Sunday, 6 June 2010

'He transformed the pain of his tormented life into ecstatic beauty'

I wanted to try and get away.
Everything has been hard.
The two people in my life who know about my eating disorder, who know I see a lady once a week, are the two people feeding it.
If I wrote about the things my mother says to me... well I can’t.

I can't leave. I have to write. If I don’t write... if I don’t write, it’s because I’m cured and my mind is empty and emotionless.

I watched a fictional TV programme this evening where the characters travelled back in time to meet Vincent Van Gogh. The exploration of Van Gogh wasn’t deep by any means, but it touched the nerve of his genius quite simply:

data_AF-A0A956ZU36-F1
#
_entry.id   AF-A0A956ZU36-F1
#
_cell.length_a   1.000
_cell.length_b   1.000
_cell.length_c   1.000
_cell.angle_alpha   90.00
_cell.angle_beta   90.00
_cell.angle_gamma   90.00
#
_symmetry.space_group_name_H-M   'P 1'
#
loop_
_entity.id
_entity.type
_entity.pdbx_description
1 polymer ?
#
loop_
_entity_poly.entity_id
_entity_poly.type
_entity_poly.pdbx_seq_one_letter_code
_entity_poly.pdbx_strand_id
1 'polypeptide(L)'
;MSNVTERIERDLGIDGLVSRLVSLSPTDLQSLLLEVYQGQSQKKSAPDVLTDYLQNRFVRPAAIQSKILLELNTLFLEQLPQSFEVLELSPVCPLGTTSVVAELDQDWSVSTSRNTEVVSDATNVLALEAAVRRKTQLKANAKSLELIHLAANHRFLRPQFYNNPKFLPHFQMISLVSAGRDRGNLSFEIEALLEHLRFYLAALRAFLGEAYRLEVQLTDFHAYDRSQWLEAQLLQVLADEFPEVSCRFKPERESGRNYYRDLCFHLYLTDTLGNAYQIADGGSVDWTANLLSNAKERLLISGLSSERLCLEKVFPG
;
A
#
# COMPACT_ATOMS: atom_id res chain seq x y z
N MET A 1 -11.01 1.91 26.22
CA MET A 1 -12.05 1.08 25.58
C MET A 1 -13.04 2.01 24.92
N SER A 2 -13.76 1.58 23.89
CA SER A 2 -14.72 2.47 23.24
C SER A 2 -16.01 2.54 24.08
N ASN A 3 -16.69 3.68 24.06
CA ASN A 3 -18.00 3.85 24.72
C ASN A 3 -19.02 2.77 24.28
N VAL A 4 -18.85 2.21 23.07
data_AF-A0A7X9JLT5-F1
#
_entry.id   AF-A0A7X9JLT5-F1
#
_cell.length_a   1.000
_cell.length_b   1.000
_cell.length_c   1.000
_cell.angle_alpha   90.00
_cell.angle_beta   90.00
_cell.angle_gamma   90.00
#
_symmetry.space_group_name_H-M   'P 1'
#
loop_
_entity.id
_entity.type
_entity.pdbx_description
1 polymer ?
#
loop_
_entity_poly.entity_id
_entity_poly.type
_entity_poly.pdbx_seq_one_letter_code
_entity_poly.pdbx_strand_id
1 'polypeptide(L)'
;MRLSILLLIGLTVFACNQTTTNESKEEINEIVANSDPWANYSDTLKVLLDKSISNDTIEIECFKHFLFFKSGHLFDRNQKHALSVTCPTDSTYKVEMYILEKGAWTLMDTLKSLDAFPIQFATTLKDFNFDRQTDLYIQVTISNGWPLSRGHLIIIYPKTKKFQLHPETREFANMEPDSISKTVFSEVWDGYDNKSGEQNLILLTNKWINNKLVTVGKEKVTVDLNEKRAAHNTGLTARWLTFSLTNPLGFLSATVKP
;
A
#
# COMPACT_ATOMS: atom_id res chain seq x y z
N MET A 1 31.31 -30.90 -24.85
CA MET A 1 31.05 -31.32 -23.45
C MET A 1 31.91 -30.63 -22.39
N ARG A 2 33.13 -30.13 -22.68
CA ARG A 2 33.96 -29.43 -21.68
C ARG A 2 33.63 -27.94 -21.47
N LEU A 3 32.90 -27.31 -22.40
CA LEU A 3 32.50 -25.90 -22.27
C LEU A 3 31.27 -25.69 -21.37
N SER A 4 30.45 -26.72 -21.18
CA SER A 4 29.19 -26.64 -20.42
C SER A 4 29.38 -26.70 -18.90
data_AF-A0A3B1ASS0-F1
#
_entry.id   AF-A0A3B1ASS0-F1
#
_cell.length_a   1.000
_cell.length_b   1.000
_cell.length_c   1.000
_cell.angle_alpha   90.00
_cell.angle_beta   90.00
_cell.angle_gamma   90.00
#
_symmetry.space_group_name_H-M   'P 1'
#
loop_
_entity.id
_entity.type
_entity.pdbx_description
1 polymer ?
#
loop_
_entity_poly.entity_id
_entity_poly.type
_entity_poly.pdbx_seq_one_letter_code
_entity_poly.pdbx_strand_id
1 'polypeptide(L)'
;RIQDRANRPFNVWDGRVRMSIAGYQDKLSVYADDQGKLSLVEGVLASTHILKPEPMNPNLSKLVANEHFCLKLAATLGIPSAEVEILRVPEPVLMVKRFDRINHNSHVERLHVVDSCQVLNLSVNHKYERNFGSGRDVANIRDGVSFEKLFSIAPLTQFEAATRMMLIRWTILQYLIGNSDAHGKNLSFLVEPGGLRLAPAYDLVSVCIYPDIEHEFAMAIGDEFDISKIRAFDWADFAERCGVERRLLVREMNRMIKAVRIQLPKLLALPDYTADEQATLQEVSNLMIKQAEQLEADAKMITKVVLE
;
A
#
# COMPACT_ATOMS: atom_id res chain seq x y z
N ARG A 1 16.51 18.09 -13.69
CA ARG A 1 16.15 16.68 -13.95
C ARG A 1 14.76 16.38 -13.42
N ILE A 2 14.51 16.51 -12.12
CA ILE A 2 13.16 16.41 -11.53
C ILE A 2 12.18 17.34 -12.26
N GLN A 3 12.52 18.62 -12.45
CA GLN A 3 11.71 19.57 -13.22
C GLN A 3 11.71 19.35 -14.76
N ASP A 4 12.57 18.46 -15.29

The Doctor to Van Gogh: “I’ve seen wonderful things, my friend, but you’re right, nothing quite as wonderful as the things you see.”
His madness was so beautiful. What a mind, what an exceptional mind.
Of course I would never compare myself with Van Gogh’s artistic genius, but it brought me back to the name of this blog: A Head Full of Beauty. I may have an eating disorder, I may be depressed, I may be fragile and unstable, I may be all these terrible, ugly things; but I see things in the world that the others don’t – can’t. The normal people, the healthy people; they wake up in the morning, get out of bed and live – and by living, so carefree, so engaged in the world, they can’t see it. They can’t see it. They feel so little - so little compared to the ones whose senses are so engaged and raw - not only to pain, but also to beauty.
It’s something I say to Alex all the time. You don’t see the world like I do.